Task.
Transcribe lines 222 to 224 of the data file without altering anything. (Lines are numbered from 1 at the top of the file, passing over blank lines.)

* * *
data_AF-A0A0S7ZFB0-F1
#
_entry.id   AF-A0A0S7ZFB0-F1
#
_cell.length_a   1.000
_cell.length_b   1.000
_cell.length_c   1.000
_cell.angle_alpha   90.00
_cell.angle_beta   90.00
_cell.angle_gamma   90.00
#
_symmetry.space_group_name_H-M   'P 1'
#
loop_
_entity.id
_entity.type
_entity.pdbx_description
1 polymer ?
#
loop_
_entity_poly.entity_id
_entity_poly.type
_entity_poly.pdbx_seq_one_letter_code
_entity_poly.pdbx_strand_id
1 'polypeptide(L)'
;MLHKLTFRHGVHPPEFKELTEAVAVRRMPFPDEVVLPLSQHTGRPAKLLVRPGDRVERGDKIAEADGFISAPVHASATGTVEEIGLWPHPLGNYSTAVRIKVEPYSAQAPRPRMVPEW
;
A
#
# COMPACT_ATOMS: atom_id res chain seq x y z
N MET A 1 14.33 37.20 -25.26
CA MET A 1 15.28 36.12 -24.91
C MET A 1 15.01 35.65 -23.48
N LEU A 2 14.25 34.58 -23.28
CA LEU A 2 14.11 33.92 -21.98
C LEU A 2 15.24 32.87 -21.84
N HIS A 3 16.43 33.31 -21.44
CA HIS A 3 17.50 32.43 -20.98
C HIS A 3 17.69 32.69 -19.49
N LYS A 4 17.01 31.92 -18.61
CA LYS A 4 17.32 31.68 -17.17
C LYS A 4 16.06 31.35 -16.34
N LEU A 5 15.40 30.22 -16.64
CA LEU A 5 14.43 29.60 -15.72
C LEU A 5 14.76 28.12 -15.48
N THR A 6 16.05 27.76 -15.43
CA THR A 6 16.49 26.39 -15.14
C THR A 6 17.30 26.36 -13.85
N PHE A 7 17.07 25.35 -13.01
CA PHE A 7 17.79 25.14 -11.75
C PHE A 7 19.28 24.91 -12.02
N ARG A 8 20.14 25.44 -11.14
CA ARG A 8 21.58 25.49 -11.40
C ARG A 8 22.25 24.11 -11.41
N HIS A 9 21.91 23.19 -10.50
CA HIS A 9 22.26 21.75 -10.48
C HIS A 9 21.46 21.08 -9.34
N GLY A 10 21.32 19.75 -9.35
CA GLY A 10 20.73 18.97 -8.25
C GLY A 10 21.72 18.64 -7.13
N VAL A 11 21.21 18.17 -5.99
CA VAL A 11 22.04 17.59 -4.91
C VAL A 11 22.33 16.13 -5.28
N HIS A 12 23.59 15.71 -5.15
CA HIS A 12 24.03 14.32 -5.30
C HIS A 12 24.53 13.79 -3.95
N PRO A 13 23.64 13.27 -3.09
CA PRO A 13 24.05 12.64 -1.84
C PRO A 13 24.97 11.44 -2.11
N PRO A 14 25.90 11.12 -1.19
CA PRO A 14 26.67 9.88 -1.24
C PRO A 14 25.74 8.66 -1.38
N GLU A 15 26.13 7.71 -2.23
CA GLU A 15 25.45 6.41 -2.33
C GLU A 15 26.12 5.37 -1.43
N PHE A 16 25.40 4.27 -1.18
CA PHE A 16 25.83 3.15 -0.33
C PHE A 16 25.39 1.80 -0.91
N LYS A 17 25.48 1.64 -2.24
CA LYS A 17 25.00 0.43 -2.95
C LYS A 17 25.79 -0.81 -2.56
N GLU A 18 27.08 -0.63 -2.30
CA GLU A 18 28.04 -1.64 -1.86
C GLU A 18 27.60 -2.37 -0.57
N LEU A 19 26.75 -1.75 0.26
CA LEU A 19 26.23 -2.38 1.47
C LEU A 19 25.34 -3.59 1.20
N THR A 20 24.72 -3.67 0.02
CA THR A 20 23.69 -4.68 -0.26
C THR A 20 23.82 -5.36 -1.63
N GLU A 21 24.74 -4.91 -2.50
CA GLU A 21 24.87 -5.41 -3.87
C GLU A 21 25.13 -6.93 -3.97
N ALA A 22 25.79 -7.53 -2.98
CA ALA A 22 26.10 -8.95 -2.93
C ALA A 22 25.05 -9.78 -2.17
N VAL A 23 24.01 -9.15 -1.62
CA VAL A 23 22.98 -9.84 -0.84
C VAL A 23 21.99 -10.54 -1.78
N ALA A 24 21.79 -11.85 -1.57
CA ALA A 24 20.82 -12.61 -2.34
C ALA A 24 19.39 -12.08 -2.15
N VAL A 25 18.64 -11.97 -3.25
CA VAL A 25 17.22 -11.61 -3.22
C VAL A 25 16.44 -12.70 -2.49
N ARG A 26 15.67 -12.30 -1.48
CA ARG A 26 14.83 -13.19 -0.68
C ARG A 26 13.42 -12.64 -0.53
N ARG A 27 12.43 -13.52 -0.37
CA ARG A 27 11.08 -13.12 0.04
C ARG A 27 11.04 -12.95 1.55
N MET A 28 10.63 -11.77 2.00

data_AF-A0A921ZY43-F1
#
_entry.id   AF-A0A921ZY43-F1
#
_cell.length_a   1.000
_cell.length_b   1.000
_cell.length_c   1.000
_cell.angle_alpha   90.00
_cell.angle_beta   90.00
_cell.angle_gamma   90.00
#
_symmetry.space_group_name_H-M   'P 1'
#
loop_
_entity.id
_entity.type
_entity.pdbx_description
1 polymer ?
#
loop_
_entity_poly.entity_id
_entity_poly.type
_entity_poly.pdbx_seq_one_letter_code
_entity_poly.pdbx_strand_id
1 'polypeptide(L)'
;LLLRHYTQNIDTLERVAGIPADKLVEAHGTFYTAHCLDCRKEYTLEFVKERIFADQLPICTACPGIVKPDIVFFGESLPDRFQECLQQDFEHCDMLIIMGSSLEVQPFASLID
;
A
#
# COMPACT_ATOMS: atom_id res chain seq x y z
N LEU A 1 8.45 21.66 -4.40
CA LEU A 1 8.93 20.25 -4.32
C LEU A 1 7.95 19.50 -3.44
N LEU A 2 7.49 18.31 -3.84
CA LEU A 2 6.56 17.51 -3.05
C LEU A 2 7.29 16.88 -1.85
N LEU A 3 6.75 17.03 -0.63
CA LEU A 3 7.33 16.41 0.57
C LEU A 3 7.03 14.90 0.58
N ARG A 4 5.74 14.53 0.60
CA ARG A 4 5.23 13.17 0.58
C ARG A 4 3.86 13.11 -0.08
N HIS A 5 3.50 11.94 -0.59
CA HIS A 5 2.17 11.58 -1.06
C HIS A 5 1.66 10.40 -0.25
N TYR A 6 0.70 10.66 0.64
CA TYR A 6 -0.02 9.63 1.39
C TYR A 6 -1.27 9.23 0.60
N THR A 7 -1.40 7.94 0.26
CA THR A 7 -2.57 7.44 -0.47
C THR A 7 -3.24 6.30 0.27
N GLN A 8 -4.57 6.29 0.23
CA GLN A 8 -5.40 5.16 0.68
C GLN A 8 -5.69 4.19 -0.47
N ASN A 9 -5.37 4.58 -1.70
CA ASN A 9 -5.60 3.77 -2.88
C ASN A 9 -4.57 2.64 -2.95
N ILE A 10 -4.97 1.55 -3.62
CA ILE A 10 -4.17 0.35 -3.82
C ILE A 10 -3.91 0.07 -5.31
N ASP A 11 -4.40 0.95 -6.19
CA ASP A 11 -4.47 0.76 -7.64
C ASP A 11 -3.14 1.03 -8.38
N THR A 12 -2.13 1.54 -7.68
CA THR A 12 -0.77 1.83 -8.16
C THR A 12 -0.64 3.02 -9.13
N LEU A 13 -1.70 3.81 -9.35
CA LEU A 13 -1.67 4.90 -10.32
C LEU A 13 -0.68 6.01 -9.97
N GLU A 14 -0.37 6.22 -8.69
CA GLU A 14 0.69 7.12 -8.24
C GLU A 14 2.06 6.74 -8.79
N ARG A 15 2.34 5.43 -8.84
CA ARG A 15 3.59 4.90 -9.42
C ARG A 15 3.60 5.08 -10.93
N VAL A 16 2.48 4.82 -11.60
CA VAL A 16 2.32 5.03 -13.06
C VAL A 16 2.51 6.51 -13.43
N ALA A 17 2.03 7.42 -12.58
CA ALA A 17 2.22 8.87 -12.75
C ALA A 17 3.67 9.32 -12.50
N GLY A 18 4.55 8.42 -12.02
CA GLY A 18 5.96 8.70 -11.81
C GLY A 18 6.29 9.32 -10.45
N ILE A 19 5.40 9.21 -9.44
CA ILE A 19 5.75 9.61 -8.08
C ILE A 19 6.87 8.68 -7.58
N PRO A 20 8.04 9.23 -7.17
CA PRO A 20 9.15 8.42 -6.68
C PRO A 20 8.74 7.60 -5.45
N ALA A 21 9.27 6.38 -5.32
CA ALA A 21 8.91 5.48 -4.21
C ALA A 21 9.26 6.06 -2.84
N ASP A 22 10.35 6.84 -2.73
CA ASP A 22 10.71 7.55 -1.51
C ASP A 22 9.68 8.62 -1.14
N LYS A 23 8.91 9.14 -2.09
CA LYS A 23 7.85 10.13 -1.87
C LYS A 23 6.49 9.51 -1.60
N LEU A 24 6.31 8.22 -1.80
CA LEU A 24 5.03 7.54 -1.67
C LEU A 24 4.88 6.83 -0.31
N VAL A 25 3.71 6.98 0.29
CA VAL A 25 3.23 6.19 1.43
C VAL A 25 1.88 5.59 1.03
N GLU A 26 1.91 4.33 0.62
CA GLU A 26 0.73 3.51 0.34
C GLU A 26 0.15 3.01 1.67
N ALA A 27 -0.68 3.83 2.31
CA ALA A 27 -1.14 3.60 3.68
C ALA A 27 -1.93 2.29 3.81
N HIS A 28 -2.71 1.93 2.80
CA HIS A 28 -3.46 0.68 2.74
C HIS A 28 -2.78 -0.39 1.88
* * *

CA ALA A 27 -1.14 3.60 3.68
C ALA A 27 -1.93 2.29 3.81
N HIS A 28 -2.71 1.93 2.80